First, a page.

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Domestic workers clean on their own terms

Jul 01 2016 18:52

Cape Town - There are more than 1.2-million registered cleaners in South Africa, with roughly one in five women in the country currently working as domestics.

Ranked against a 26% unemployment rate, employed cleaners do not register as the most poverty-stricken group - yet, few would claim that a monthly take-home of around R2 230 constitutes a living wage.

“Despite institutionalised minimum wage laws since 2002, around 60% of domestic workers in the country continue to earn below that. Even when minimum wage is adhered to, it barely stretches to cover accommodation, nutritional food, and transport costs – let alone medical care and education. Cleaners and their children are trapped in a cycle of poverty,” says Aisha Pandor, founder of SweepSouth, an on-demand cleaning service.

"Devising practical and sustainable solutions is a challenge. One that has spurred the rapid growth of on-demand services. By tapping into new markets and empowering cleaners to take on multiple or supplementary jobs, we are facilitating the employment of more people, in far less time, at a higher wage.”

Launched in 2014, SweepSouth has completed over 50 000 jobs over the past year. The key attraction to cleaners is the flexibility it provides – they can control when they are active on the platform and independently manage the jobs they take on. The system takes geographic location into account, reducing time and money spent on transport.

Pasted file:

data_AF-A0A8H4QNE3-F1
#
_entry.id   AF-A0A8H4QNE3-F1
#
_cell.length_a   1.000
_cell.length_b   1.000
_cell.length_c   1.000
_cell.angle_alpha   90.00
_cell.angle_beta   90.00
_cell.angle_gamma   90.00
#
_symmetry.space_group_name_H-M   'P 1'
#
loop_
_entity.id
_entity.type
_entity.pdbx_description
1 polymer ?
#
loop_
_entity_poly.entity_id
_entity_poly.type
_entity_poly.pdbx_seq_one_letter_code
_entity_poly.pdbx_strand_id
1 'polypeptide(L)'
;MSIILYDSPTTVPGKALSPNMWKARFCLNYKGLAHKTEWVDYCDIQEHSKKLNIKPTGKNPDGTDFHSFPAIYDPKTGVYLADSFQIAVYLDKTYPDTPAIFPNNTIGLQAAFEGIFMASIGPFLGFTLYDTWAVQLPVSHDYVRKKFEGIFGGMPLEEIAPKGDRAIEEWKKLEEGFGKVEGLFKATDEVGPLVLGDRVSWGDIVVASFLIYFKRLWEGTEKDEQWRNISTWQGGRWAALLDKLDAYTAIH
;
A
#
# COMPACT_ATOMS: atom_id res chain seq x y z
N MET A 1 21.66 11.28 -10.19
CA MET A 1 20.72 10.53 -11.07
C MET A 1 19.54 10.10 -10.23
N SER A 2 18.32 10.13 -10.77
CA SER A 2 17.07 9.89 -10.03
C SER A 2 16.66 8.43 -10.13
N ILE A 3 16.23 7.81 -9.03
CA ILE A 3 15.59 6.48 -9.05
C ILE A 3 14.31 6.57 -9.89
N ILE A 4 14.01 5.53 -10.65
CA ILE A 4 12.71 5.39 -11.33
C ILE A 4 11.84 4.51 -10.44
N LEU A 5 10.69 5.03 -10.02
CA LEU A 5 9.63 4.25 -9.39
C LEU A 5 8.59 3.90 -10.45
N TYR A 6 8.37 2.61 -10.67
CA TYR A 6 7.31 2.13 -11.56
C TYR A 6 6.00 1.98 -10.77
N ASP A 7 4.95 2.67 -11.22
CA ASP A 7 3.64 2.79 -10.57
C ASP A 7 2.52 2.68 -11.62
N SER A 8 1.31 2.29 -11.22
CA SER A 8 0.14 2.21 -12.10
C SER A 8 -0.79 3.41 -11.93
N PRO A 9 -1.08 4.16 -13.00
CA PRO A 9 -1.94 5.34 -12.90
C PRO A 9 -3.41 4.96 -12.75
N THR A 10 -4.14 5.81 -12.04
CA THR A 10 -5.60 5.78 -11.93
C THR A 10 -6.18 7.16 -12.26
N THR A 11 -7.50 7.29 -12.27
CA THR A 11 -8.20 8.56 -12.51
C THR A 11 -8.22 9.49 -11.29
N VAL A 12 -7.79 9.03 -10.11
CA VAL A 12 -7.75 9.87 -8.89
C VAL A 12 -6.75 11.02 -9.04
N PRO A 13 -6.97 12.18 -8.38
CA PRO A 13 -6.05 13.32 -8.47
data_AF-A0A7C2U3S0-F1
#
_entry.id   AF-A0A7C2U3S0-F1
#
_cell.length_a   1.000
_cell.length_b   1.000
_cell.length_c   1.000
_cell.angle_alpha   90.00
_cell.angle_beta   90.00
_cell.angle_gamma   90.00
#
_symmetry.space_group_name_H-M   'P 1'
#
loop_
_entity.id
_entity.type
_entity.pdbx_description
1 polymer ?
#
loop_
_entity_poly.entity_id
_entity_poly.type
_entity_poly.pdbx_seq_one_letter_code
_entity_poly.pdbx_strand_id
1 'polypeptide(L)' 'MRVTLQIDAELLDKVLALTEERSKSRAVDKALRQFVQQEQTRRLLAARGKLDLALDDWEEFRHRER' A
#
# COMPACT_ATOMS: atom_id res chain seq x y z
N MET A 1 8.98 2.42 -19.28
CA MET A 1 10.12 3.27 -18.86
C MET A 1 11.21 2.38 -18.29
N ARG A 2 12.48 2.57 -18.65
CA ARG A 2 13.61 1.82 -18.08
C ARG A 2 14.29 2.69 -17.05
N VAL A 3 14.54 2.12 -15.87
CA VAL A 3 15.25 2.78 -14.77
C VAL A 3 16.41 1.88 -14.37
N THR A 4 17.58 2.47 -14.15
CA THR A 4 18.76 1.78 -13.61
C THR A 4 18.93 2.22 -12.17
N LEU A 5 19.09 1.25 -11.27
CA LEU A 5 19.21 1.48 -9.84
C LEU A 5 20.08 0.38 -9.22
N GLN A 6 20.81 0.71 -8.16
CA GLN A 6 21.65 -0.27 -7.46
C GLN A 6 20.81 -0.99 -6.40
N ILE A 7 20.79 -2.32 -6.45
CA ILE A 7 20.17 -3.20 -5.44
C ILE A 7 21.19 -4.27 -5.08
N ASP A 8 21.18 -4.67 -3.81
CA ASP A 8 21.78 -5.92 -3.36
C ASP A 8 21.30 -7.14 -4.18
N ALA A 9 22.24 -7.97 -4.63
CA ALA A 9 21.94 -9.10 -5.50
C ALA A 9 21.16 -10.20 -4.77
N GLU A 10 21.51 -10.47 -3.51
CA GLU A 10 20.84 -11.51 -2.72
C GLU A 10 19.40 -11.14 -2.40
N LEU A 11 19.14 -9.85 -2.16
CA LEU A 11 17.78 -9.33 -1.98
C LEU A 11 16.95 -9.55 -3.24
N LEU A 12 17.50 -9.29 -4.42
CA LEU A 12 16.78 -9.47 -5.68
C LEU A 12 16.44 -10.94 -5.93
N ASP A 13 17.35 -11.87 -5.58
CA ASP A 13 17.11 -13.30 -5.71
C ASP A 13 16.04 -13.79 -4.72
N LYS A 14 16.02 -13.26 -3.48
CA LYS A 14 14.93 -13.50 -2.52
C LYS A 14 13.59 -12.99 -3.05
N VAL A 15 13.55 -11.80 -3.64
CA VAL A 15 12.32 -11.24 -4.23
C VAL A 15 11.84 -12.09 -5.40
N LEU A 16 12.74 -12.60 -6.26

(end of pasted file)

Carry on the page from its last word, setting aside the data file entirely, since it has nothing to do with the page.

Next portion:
From a consumer perspective, SweepSouth cuts out the process of finding, vetting and signing long-term contacts with cleaners. Pandor stresses that the product is not intended to replace salaried domestic work, rather it is targeting new markets such as young professionals with irregular cleaning requirements, holidaymakers, graduates and households that do not need a full time cleaner.

Charging a set rate of R38 per hour, which is only deducted once the client is satisfied with the job, SweepSouth is very open about financial matters. Cleaners receive 70-80% of the total cleaning fee, which is more than double the current minimum wage.

Training in tech literacy, financial management and client service is available to SweepSouth cleaners because, “upskilling your workforce is important for engagement, and it has economic and social benefits,” says Pandor.

Fourteen years ago, many predicted that a national minimum wage for domestic workers would result in higher rates of unemployment as potential employers would not be able to afford new rates.

“This has not been the case. The market for personal services is so vast in developing economies like South Africa, urbanisation provides a steady growth of employer and employee pools.”

In the past year, SweepSouth has created work opportunities for over 1 000 experienced cleaners in Johannesburg, Pretoria and Cape Town. Of those, the 71% were previously unemployed, with the remaining 29% citing under-employment as the reason they joined the platform.

jobs  |  entrepreneurs  |  labour  |  small business


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